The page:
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Influence and Persuasion

Course Number
DYNM 647 001
Course Code
Course Key
Non-DYNM students:
Primary Program
Course Note
DYNM Category: F. DYNM Concentration: LMC. Course Schedule: Two weekends Friday, Saturday, and Sunday. Dates TBA.
Course Description
This course meets on the following two weekends: Saturday to Monday March 20-22nd and Friday to Sunday April 9-11th.
Former Chrysler chairman Lee Iacocca once noted, "You can have brilliant ideas; but if you can't get them across, your ideas won't get you anywhere." This course builds on Iacocca's insight, helping students develop the ability to win support for their perspectives, proposals, and projects from key people in the workplace. Everyone needs to know how to sell ideas. Sales people obviously need this skill and so do managers of all kinds. Even CEOs need it to gain buy-in for a vision. Influence and persuasion help you work with and through others--customers, teammates, colleagues, direct reports, and stakeholders--who have different professional backgrounds, roles, opinions, and agendas. In highly interactive discussions and exercises, students will learn about practical field-tested frameworks that draw on current insights from psychology, anthropology, and behavioral economics. When the course is completed, students will have mastered the latest thinking about: 1) Persuasion styles and how they can adapt them to achieve desired outcomes. 2) The five barriers to communication and collaboration and methods for overcoming the barriers. 3) The systematic steps in the process of selling ideas and negotiating when you need to. 4) The similarities and differences among influencing, persuading, and negotiating. 5) Ways to build momentum for ideas. 6) Techniques for motivating others to take action. 7) Winning support for culture change. These insights will enable students to work across the boundaries that create warring workplace tribes. Nearly every organization contends with this tribal warfare and leaders need to know how to counter-act the natural human tendency to square off against co-workers who have different professional backgrounds or roles.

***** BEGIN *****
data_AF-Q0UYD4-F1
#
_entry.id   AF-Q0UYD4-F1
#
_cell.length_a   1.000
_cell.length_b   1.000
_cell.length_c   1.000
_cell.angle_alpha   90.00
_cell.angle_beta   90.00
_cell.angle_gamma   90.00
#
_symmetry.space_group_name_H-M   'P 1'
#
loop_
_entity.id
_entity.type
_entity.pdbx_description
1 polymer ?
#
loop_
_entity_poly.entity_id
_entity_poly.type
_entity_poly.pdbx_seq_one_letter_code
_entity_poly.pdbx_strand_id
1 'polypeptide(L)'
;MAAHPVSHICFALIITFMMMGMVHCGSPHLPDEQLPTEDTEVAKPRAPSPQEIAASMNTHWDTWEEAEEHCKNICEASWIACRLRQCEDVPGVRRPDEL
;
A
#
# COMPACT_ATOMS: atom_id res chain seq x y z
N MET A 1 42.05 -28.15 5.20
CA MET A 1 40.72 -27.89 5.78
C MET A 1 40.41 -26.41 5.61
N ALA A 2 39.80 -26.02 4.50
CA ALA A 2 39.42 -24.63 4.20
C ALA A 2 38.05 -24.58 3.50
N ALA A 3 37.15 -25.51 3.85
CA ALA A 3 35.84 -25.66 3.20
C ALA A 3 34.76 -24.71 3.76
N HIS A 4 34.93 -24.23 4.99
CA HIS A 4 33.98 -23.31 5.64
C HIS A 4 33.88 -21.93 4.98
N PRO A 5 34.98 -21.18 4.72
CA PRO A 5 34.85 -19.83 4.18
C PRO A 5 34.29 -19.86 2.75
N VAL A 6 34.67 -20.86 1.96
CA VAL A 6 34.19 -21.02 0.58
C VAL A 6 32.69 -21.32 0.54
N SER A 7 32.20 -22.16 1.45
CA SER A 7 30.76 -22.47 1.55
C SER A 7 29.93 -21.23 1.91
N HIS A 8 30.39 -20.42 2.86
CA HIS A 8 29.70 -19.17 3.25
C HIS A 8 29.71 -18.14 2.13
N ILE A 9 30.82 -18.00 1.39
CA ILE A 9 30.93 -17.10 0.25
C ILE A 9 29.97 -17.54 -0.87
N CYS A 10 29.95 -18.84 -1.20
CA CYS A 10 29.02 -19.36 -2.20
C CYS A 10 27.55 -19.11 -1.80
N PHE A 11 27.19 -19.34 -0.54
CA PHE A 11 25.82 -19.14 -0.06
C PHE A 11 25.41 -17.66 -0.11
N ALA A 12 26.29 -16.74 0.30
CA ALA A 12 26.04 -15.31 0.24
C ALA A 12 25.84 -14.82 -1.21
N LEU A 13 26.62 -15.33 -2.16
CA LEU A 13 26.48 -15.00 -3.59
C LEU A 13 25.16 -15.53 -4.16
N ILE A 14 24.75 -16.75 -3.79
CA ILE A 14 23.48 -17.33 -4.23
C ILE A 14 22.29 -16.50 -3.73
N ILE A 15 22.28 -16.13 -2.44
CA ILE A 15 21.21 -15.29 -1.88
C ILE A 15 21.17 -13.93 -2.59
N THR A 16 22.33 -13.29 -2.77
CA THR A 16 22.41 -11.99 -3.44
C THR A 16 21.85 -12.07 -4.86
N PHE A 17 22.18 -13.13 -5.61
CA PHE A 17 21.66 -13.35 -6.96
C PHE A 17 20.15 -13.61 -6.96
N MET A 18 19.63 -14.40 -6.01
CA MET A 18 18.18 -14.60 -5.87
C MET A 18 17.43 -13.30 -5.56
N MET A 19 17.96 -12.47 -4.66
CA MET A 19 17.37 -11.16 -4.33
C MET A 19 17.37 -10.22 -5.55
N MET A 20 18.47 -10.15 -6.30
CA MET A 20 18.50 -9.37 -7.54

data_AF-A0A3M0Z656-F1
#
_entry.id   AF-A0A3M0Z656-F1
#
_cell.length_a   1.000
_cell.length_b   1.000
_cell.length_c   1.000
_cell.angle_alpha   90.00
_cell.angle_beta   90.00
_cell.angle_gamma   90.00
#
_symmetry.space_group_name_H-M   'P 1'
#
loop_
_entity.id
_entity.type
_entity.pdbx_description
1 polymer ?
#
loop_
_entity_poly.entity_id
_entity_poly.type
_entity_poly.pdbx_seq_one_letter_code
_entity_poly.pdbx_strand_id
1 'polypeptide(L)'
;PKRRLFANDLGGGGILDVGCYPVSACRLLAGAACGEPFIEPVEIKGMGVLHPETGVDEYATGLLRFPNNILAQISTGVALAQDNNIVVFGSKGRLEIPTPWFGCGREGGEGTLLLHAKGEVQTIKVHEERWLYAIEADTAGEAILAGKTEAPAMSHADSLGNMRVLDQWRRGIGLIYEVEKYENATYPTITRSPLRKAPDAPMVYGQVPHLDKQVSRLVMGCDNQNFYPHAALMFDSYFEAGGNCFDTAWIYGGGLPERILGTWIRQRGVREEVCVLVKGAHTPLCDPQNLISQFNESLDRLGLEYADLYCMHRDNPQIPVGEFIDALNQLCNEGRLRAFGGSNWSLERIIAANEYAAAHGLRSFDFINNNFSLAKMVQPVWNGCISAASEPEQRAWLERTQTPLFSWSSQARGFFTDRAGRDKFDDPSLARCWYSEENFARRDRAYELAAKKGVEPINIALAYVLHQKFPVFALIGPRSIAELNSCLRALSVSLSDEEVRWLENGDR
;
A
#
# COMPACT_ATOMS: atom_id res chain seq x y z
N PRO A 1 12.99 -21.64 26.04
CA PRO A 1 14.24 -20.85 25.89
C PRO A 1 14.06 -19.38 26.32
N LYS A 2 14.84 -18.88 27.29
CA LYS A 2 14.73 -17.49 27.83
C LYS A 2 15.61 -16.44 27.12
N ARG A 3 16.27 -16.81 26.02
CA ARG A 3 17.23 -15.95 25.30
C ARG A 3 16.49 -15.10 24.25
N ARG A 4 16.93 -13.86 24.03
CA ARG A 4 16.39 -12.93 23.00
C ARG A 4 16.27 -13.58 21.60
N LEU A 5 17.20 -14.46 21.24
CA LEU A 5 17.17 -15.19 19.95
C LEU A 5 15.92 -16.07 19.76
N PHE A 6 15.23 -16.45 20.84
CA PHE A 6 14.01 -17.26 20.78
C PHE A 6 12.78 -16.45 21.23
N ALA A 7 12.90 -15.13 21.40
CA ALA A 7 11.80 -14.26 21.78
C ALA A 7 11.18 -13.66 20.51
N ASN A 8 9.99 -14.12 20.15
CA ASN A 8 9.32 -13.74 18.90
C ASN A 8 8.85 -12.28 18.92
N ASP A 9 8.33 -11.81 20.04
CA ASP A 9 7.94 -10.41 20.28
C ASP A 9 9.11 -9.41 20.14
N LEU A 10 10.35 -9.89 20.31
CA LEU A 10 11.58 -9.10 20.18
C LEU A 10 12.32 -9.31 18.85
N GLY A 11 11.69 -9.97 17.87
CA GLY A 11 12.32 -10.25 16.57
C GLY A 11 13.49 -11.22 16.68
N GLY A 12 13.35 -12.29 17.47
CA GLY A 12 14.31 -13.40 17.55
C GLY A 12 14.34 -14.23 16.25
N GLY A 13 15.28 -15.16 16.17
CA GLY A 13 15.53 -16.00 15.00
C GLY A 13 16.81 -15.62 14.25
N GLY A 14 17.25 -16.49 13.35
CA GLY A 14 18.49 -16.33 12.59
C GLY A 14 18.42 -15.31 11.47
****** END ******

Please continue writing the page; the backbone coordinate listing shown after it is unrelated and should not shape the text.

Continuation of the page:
Subject Area Vocab